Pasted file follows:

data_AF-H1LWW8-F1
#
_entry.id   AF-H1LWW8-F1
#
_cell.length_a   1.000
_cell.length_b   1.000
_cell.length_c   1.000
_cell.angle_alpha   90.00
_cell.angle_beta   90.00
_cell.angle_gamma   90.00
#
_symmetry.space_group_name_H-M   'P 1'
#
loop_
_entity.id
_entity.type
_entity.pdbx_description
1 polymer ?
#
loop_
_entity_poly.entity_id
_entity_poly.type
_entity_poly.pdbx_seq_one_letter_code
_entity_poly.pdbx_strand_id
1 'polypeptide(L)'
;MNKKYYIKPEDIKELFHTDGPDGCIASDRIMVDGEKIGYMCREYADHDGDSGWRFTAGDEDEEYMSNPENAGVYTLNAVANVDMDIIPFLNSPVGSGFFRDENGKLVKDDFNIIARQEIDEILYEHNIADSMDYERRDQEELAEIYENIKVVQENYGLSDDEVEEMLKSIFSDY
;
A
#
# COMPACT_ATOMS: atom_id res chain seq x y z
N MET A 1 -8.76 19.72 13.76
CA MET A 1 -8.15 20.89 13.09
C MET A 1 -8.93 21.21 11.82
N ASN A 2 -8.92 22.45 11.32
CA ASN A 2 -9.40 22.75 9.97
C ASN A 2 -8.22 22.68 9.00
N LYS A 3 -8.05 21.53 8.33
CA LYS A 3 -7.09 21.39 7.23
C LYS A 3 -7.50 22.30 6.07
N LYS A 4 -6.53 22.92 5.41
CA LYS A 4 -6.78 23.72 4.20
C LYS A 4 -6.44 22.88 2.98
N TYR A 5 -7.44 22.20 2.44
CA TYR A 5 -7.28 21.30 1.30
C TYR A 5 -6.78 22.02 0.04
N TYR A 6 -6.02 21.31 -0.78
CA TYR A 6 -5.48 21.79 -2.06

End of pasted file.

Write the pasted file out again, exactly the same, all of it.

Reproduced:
data_AF-H1LWW8-F1
#
_entry.id   AF-H1LWW8-F1
#
_cell.length_a   1.000
_cell.length_b   1.000
_cell.length_c   1.000
_cell.angle_alpha   90.00
_cell.angle_beta   90.00
_cell.angle_gamma   90.00
#
_symmetry.space_group_name_H-M   'P 1'
#
loop_
_entity.id
_entity.type
_entity.pdbx_description
1 polymer ?
#
loop_
_entity_poly.entity_id
_entity_poly.type
_entity_poly.pdbx_seq_one_letter_code
_entity_poly.pdbx_strand_id
1 'polypeptide(L)'
;MNKKYYIKPEDIKELFHTDGPDGCIASDRIMVDGEKIGYMCREYADHDGDSGWRFTAGDEDEEYMSNPENAGVYTLNAVANVDMDIIPFLNSPVGSGFFRDENGKLVKDDFNIIARQEIDEILYEHNIADSMDYERRDQEELAEIYENIKVVQENYGLSDDEVEEMLKSIFSDY
;
A
#
# COMPACT_ATOMS: atom_id res chain seq x y z
N MET A 1 -8.76 19.72 13.76
CA MET A 1 -8.15 20.89 13.09
C MET A 1 -8.93 21.21 11.82
N ASN A 2 -8.92 22.45 11.32
CA ASN A 2 -9.40 22.75 9.97
C ASN A 2 -8.22 22.68 9.00
N LYS A 3 -8.05 21.53 8.33
CA LYS A 3 -7.09 21.39 7.23
C LYS A 3 -7.50 22.30 6.07
N LYS A 4 -6.53 22.92 5.41
CA LYS A 4 -6.78 23.72 4.20
C LYS A 4 -6.44 22.88 2.98
N TYR A 5 -7.44 22.20 2.44
CA TYR A 5 -7.28 21.30 1.30
C TYR A 5 -6.78 22.02 0.04
N TYR A 6 -6.02 21.31 -0.78
CA TYR A 6 -5.48 21.79 -2.06